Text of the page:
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A New Shade of Green

By Sherry Listgarten

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About this blog: Climate change, despite its outsized impact on the planet, is still an abstract concept to many of us. That needs to change. My hope is that readers of this blog will develop a better understanding of how our climate is evolving a...  (More)

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Grand pronouncements vs nuts and bolts

Uploaded: Nov 21, 2021
I was in a meeting recently where a staff member of a Bay Area city said they were looking to accelerate their carbon neutral goal from 2045 to 2030. It was all I could do not to roll my eyes. Until a city has a convincing and vetted plan to put a charger in every full-day parking space and a heat pump (or two) in every residence and business, these pronouncements are not worth the paper they are written on. How many chargers and heat pumps need to be installed to hit carbon neutral? How many is that per week? What is the plan to achieve that? Has the plan been rolled out enough to achieve 5% of that? 1%? Has any pilot been shown to be sufficiently effective?

I am frustrated because getting this done is not easy and I’d rather we focus on results than on grand pronouncements. Consider that the latest version of the California building code doesn’t even require a charger in each residential spot for new construction. To achieve big emissions reductions, we need to go beyond and address existing buildings, which are even more difficult. What is the plan to put a charger in every parking spot in multi-family buildings, in single-family homes (including those with remote owners), in hotels? What about all staff parking spots at schools, city buildings, and small and large businesses? I have no problem if this is mostly 120-volt chargers, but it’s got to be something, and soon if the target year is 2030. We can’t just hope that people will replace their gas cars with EVs if they have no convenient place to charge them. Hope is not a strategy.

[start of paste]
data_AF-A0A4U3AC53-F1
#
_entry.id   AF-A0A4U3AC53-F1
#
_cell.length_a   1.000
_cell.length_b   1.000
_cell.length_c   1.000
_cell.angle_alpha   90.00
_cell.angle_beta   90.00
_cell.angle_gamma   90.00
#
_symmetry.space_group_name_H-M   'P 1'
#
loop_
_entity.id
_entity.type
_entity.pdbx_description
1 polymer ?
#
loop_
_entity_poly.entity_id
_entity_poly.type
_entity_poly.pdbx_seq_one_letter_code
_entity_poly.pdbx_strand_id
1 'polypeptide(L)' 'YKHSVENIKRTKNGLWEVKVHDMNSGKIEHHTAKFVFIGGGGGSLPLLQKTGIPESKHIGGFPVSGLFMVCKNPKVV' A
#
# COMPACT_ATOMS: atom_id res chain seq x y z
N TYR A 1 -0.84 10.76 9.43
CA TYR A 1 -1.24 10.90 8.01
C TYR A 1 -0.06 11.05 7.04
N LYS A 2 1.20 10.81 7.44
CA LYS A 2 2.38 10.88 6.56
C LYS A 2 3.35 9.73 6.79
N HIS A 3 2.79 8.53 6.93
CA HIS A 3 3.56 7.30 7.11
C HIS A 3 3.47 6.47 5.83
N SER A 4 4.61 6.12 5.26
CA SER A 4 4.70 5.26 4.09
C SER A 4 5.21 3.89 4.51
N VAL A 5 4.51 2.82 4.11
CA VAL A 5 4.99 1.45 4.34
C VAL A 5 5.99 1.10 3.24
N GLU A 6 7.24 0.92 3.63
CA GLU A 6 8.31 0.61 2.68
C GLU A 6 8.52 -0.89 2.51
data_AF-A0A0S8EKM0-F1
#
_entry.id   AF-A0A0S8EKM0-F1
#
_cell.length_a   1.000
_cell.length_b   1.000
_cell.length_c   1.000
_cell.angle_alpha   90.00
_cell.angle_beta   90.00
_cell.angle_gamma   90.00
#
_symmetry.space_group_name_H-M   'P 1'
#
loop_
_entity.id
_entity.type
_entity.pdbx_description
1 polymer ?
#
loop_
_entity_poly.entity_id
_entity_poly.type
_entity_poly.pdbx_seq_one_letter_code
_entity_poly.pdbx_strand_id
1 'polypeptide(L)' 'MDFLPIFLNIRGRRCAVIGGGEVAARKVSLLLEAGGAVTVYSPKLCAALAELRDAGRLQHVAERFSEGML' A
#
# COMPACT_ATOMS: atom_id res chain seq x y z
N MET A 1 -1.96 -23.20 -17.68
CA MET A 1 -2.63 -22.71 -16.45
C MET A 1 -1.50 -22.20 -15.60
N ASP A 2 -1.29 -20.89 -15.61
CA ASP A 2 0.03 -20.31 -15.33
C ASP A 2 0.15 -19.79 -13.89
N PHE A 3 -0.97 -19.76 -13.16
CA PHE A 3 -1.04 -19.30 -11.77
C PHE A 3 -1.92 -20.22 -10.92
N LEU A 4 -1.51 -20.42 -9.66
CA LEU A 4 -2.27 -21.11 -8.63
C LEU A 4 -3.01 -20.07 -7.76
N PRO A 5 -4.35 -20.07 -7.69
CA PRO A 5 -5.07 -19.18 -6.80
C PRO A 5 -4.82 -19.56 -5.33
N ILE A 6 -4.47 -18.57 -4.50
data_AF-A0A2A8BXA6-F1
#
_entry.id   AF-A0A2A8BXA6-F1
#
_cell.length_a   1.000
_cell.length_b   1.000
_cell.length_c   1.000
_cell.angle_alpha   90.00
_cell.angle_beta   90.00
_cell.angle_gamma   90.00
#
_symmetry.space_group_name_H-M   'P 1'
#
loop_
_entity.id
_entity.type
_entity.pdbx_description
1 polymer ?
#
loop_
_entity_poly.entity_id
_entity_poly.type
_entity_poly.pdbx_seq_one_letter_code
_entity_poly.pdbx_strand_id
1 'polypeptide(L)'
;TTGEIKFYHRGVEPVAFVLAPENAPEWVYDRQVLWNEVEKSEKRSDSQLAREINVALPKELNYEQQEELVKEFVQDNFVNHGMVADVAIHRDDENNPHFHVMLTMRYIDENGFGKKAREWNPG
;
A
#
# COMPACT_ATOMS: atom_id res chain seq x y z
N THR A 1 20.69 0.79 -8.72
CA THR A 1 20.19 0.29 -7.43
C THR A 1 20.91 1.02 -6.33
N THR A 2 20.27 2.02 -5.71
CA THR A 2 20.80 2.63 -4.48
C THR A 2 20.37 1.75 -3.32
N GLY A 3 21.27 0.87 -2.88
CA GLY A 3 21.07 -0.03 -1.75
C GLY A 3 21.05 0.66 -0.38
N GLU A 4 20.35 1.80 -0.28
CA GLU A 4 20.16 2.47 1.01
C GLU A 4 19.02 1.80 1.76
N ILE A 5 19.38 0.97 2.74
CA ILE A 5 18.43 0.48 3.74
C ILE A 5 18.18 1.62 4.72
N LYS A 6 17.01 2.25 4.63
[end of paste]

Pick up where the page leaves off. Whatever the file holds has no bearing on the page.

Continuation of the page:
Heat pump water heaters (HWPHs) have also got to roll out quickly to meet any kind of carbon neutral goal for 2030. But adoption in these early days can take some patience and persistence. More people are getting these, but I also hear from people who want one but are stymied because of the cost or difficulty or because they have concerns about noise. Wrote one reader recently: “I'm contemplating giving up, between the trial I've gone through of finally finding a half-decent priced installer, and now the fear of getting a noisy unit.” A contractor told me a few weeks ago that he is taking a break from installing Rheem HPWHs because the risk of one exceeding its decibel rating seems to have increased with the latest version.

One contractor who has done many HPWH installations detailed the challenges he faces to do these quickly at low cost in an email to BayREN. The points he made were:

1. Inventory. The products are not reliably in stock. If an installed gas-fired water heater starts leaking and the customer wants to replace it with a HPWH, he may need to pay a premium to the few warehouses that do have it or install a temporary resistance heater while he is waiting. That is extra labor and materials.